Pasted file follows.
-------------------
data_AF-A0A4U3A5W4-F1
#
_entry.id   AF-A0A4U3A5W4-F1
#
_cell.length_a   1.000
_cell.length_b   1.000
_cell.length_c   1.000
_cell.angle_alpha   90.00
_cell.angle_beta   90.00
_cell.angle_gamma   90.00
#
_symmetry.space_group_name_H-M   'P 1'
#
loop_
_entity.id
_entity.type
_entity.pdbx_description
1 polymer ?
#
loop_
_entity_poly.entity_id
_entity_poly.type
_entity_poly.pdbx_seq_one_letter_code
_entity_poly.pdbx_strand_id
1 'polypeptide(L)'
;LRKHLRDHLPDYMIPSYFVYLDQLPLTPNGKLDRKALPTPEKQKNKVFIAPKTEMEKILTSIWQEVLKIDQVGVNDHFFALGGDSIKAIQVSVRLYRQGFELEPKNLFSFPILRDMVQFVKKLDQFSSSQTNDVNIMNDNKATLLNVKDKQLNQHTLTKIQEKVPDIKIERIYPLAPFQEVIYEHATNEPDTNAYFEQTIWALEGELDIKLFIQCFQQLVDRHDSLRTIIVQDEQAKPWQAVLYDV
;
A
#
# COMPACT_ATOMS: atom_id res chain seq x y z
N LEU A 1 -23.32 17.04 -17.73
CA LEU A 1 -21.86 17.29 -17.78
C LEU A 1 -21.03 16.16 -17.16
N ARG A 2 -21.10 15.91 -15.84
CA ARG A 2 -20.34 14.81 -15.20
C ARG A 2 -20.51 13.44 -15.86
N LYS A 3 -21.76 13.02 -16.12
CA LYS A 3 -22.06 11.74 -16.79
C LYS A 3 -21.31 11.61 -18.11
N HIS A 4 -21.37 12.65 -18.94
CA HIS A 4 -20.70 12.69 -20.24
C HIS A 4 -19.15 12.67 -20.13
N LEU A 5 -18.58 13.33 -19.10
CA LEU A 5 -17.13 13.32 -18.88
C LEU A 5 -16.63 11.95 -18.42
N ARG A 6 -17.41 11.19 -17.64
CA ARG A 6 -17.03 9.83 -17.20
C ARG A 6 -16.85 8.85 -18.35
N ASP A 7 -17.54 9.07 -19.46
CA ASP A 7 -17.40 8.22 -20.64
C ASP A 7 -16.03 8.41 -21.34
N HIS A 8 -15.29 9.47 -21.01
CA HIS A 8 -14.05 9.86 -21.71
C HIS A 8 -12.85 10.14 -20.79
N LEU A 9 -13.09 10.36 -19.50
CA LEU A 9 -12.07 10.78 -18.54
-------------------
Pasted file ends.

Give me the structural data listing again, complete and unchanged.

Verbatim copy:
data_AF-A0A4U3A5W4-F1
#
_entry.id   AF-A0A4U3A5W4-F1
#
_cell.length_a   1.000
_cell.length_b   1.000
_cell.length_c   1.000
_cell.angle_alpha   90.00
_cell.angle_beta   90.00
_cell.angle_gamma   90.00
#
_symmetry.space_group_name_H-M   'P 1'
#
loop_
_entity.id
_entity.type
_entity.pdbx_description
1 polymer ?
#
loop_
_entity_poly.entity_id
_entity_poly.type
_entity_poly.pdbx_seq_one_letter_code
_entity_poly.pdbx_strand_id
1 'polypeptide(L)'
;LRKHLRDHLPDYMIPSYFVYLDQLPLTPNGKLDRKALPTPEKQKNKVFIAPKTEMEKILTSIWQEVLKIDQVGVNDHFFALGGDSIKAIQVSVRLYRQGFELEPKNLFSFPILRDMVQFVKKLDQFSSSQTNDVNIMNDNKATLLNVKDKQLNQHTLTKIQEKVPDIKIERIYPLAPFQEVIYEHATNEPDTNAYFEQTIWALEGELDIKLFIQCFQQLVDRHDSLRTIIVQDEQAKPWQAVLYDV
;
A
#
# COMPACT_ATOMS: atom_id res chain seq x y z
N LEU A 1 -23.32 17.04 -17.73
CA LEU A 1 -21.86 17.29 -17.78
C LEU A 1 -21.03 16.16 -17.16
N ARG A 2 -21.10 15.91 -15.84
CA ARG A 2 -20.34 14.81 -15.20
C ARG A 2 -20.51 13.44 -15.86
N LYS A 3 -21.76 13.02 -16.12
CA LYS A 3 -22.06 11.74 -16.79
C LYS A 3 -21.31 11.61 -18.11
N HIS A 4 -21.37 12.65 -18.94
CA HIS A 4 -20.70 12.69 -20.24
C HIS A 4 -19.15 12.67 -20.13
N LEU A 5 -18.58 13.33 -19.10
CA LEU A 5 -17.13 13.32 -18.88
C LEU A 5 -16.63 11.95 -18.42
N ARG A 6 -17.41 11.19 -17.64
CA ARG A 6 -17.03 9.83 -17.20
C ARG A 6 -16.85 8.85 -18.35
N ASP A 7 -17.54 9.07 -19.46
CA ASP A 7 -17.40 8.22 -20.64
C ASP A 7 -16.03 8.41 -21.34
N HIS A 8 -15.29 9.47 -21.01
CA HIS A 8 -14.05 9.86 -21.71
C HIS A 8 -12.85 10.14 -20.79
N LEU A 9 -13.09 10.36 -19.50
CA LEU A 9 -12.07 10.78 -18.54